On my way home from Bar Harbor, I spent a half hour in a little coastal town on the coast of Maine whose name I can't even remember. I was nothing more than a passerby in an unfamiliar place and I loved every moment of it. I've always been fond of crusty little beach towns like the one in these photos. They possess a sort of enigmatic charm that you don't encounter anywhere else and I can't help but wonder what it'd be like to call such a place home. These are the places I spend weeks fantasizing about and every time I revisit these photos, I find myself dreaming up stories.
Today, I am thinking about change. Since moving cross-country from New York to Portland, I haven't had a whole lot of time to really process the implications of such a huge transition. A month ago, I left my entire life behind on a whim to start a new life in a city where I had no house, no job, no friends (other than my roommate), and no connections. There was a part of me that was utterly convinced that I was going to fall flat on my face and return to the anxious state that enveloped me the last time I was out in the world on my own. But I left New York determined to keep an open mind and, more importantly, an open heart to any and all possibilities that presented themselves to me. So far, I've done just that and so far, great things have happened.
When I left my hometown for the first time five years ago to go away to college, I was so afraid of failure and rejection that I isolated myself from everything and everyone around me. In doing so, I didn’t even give the place a chance. There were so many wonderful, talented, and inspiring people around me and I wish I’d had the courage to let them in. That, however, is in the past. When encountering change, I find that it’s easy for us to close ourselves off as a means of protecting ourselves and our hearts.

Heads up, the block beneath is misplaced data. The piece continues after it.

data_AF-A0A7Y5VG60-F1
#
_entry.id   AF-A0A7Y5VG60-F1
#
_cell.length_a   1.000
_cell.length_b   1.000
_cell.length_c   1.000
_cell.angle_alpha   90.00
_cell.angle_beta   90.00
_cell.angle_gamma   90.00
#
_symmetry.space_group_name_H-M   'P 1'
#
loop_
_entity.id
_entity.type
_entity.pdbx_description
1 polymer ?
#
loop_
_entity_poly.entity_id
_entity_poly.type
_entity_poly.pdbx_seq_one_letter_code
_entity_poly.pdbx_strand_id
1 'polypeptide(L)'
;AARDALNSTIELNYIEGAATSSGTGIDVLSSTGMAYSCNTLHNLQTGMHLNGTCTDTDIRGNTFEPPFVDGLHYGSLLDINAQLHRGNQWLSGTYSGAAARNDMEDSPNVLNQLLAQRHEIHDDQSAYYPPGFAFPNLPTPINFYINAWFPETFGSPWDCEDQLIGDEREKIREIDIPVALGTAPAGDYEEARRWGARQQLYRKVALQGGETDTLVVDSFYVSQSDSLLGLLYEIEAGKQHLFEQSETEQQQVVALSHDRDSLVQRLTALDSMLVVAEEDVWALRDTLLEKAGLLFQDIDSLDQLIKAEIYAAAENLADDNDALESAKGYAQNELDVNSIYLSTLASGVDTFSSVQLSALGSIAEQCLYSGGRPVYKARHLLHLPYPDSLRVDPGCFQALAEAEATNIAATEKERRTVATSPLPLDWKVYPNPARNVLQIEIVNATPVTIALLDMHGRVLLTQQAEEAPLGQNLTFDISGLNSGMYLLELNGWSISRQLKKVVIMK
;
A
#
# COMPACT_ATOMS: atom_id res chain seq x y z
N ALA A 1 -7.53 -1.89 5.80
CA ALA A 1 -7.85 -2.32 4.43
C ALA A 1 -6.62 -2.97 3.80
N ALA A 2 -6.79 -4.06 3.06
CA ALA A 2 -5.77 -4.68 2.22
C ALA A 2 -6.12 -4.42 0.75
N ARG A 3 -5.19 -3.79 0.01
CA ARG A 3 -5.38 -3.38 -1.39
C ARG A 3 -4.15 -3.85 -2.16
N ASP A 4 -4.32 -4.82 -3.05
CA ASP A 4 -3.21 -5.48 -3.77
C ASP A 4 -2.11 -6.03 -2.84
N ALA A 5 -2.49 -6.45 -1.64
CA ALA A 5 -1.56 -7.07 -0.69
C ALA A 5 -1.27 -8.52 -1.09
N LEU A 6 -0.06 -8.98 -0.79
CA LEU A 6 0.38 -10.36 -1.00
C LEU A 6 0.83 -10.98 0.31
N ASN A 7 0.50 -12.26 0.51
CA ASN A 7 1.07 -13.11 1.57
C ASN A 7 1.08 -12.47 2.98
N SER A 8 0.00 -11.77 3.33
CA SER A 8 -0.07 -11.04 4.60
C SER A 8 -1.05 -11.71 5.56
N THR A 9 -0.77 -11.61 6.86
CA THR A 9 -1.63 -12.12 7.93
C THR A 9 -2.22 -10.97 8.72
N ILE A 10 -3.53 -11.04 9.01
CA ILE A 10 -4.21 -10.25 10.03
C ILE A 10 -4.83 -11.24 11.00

Change can be a scary thing, especially when the outcome is unknown. When I moved back home after graduation, I wasn’t really whole anymore. But after a lot of hurting and countless waves of sadness, anger, and regret, I started letting people in. That is what healed me. After over two years there, I was convinced that I could have stayed in my hometown and been happy. I was comfortable there. And this is why I left.
If moving across the country taught me anything, it’s that the best way to combat the fear of the unknown is to face it head on. And the day before I left, I decided that I was brave. I refused to let myself fail. And I embarked on the journey of a lifetime determined to let people in once I made it to the other side. As a person who used to keep herself closed off and detached from the world, it’s so fulfilling to be existing in the world this way. This is what my hometown taught me. It taught me that healing and happiness comes when you’re willing to open yourself up to the people around you.
I’m gradually becoming comfortable in this new place and it’s starting to possess a familiarity that felt impossible when I first arrived. Still, I feel as if I’m transient. I feel like I’m in limbo between what was and what will be. When I talk about home, I’m still talking about New York as if I still reside there. I often have to correct myself in conversations because I still haven’t come to terms with the fact that I live here. I must say, I’m excited to look back on this transition after living here awhile and be able to reflect with an entirely different perspective.